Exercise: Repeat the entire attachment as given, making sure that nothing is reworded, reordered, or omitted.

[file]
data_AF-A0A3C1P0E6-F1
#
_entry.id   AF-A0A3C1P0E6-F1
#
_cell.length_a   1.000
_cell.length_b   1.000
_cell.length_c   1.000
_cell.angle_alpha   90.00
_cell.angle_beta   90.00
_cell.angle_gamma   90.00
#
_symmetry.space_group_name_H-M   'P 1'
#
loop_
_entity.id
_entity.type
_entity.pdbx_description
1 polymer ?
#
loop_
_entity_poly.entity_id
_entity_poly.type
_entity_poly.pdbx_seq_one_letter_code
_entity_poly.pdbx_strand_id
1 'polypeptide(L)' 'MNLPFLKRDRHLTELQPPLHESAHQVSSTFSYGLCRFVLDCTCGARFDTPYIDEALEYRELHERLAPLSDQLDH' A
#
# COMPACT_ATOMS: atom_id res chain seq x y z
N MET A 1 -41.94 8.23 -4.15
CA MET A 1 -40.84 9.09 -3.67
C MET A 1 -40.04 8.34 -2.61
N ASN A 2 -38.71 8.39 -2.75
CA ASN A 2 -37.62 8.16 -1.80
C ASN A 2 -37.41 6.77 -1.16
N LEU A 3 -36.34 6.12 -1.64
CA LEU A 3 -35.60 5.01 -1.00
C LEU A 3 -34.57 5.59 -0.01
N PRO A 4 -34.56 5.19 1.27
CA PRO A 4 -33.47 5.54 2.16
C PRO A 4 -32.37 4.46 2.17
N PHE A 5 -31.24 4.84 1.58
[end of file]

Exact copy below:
data_AF-A0A3C1P0E6-F1
#
_entry.id   AF-A0A3C1P0E6-F1
#
_cell.length_a   1.000
_cell.length_b   1.000
_cell.length_c   1.000
_cell.angle_alpha   90.00
_cell.angle_beta   90.00
_cell.angle_gamma   90.00
#
_symmetry.space_group_name_H-M   'P 1'
#
loop_
_entity.id
_entity.type
_entity.pdbx_description
1 polymer ?
#
loop_
_entity_poly.entity_id
_entity_poly.type
_entity_poly.pdbx_seq_one_letter_code
_entity_poly.pdbx_strand_id
1 'polypeptide(L)' 'MNLPFLKRDRHLTELQPPLHESAHQVSSTFSYGLCRFVLDCTCGARFDTPYIDEALEYRELHERLAPLSDQLDH' A
#
# COMPACT_ATOMS: atom_id res chain seq x y z
N MET A 1 -41.94 8.23 -4.15
CA MET A 1 -40.84 9.09 -3.67
C MET A 1 -40.04 8.34 -2.61
N ASN A 2 -38.71 8.39 -2.75
CA ASN A 2 -37.62 8.16 -1.80
C ASN A 2 -37.41 6.77 -1.16
N LEU A 3 -36.34 6.12 -1.64
CA LEU A 3 -35.60 5.01 -1.00
C LEU A 3 -34.57 5.59 -0.01
N PRO A 4 -34.56 5.19 1.27
CA PRO A 4 -33.47 5.54 2.16
C PRO A 4 -32.37 4.46 2.17
N PHE A 5 -31.24 4.84 1.58